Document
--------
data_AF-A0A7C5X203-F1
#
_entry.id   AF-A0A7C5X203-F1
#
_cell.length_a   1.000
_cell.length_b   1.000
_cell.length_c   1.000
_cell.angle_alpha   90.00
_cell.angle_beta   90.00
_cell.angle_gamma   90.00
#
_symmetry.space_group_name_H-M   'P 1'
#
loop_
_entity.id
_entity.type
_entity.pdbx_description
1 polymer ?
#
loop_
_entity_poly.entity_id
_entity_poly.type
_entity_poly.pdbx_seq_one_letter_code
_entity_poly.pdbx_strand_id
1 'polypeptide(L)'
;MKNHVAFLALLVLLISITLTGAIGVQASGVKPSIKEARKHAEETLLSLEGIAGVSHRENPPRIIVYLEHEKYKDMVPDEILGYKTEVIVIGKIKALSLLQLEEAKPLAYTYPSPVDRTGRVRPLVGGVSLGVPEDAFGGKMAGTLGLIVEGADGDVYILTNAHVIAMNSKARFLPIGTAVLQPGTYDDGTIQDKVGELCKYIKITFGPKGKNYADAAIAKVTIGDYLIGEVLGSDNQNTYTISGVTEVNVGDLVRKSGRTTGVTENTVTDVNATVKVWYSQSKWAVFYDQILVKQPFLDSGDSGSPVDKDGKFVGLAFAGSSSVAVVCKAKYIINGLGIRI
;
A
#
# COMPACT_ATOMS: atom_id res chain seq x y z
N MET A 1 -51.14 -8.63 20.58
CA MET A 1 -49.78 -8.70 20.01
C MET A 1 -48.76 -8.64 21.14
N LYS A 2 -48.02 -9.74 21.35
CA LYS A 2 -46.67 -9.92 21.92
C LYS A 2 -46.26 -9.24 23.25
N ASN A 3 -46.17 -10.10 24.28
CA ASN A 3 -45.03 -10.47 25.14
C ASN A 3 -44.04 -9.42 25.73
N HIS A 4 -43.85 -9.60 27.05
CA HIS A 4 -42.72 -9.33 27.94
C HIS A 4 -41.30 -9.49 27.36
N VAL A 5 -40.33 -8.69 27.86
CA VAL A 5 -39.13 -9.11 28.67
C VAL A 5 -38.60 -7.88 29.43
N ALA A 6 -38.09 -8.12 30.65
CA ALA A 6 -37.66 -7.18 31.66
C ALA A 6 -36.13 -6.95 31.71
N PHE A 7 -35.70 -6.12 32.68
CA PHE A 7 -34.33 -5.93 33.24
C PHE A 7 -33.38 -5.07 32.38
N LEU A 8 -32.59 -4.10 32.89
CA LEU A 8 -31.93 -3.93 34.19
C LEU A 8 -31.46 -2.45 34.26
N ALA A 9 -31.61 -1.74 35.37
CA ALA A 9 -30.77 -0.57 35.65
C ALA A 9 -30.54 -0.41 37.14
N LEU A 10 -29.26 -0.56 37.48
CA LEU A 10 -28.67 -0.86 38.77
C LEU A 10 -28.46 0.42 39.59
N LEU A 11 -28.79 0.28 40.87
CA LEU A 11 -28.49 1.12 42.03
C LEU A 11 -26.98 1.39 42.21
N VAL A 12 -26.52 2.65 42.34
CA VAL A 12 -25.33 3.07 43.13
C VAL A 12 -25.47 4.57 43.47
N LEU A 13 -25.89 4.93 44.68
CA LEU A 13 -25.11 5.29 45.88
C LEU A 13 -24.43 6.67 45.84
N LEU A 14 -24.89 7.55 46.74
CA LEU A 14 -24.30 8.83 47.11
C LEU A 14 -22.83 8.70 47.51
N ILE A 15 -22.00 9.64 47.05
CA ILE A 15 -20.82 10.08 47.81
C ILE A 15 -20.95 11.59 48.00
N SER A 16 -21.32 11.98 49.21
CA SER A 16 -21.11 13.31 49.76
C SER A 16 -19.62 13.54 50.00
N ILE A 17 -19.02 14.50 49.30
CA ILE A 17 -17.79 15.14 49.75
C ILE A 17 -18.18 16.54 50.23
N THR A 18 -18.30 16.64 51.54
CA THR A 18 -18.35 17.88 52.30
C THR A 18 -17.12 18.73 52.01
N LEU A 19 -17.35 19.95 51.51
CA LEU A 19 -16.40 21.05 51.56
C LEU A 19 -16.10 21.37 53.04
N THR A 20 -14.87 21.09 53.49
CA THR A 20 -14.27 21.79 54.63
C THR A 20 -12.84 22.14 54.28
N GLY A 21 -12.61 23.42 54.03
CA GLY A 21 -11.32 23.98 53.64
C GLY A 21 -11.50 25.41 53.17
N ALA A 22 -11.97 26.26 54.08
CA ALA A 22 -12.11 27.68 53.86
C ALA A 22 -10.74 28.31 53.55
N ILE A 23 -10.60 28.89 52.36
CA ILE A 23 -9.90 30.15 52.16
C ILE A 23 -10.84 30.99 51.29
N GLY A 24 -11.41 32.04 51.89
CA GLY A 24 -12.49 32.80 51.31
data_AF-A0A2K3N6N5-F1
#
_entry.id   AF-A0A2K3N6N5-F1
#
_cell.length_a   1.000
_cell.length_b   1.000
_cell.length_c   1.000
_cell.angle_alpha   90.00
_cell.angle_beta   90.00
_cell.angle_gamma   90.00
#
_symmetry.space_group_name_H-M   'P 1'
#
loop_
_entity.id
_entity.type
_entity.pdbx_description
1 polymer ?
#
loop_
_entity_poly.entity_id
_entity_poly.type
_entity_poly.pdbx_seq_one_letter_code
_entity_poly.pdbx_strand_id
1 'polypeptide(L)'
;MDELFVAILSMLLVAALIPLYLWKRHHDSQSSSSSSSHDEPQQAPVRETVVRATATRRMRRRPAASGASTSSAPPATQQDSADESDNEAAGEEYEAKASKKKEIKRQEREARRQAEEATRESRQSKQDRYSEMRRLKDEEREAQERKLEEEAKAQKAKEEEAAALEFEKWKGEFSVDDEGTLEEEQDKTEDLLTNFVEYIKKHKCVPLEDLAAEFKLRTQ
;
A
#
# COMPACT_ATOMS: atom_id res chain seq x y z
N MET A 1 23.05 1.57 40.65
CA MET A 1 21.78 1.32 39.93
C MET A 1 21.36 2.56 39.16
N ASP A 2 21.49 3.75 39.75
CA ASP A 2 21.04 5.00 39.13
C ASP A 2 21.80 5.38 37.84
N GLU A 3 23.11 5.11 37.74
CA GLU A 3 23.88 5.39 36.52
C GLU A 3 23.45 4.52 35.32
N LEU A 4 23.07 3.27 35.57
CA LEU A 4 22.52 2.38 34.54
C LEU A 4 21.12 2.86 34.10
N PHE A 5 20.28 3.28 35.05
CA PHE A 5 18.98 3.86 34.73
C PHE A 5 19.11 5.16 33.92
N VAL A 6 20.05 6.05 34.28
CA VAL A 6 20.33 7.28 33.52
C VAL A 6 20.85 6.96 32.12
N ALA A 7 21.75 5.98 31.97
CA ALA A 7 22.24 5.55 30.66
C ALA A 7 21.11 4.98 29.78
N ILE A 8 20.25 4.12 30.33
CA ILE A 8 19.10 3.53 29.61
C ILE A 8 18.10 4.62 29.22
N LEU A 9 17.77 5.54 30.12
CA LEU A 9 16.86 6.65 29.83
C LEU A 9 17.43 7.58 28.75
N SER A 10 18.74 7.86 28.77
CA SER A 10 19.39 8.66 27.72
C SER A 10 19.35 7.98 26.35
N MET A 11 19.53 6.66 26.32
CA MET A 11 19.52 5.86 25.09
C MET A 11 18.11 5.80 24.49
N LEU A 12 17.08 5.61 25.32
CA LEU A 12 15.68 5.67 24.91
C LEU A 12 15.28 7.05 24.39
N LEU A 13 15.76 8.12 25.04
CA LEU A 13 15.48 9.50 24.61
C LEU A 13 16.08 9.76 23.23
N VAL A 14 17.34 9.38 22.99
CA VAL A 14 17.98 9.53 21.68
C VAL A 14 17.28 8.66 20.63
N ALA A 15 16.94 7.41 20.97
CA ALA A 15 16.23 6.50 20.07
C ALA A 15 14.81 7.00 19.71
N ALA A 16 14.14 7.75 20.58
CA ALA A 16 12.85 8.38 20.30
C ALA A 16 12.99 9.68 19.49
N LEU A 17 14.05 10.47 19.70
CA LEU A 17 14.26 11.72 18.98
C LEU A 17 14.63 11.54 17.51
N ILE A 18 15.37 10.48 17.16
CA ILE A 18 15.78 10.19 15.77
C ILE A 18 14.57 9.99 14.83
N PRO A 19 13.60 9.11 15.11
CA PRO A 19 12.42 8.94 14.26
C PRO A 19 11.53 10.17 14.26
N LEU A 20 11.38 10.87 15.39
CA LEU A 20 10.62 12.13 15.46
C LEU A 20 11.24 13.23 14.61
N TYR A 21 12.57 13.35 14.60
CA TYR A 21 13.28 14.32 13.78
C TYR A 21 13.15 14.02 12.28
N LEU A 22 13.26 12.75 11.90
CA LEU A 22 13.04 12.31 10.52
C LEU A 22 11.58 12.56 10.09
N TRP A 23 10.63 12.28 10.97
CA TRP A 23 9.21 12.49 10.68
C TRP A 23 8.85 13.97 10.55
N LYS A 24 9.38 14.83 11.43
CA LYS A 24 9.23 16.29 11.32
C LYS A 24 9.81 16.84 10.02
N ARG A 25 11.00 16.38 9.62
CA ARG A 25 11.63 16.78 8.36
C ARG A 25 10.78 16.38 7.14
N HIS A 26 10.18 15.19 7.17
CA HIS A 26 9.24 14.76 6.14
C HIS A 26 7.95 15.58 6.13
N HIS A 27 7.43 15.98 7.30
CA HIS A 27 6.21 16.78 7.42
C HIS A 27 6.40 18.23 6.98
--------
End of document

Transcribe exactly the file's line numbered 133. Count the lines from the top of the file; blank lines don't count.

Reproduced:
CA MET A 1 21.78 1.32 39.93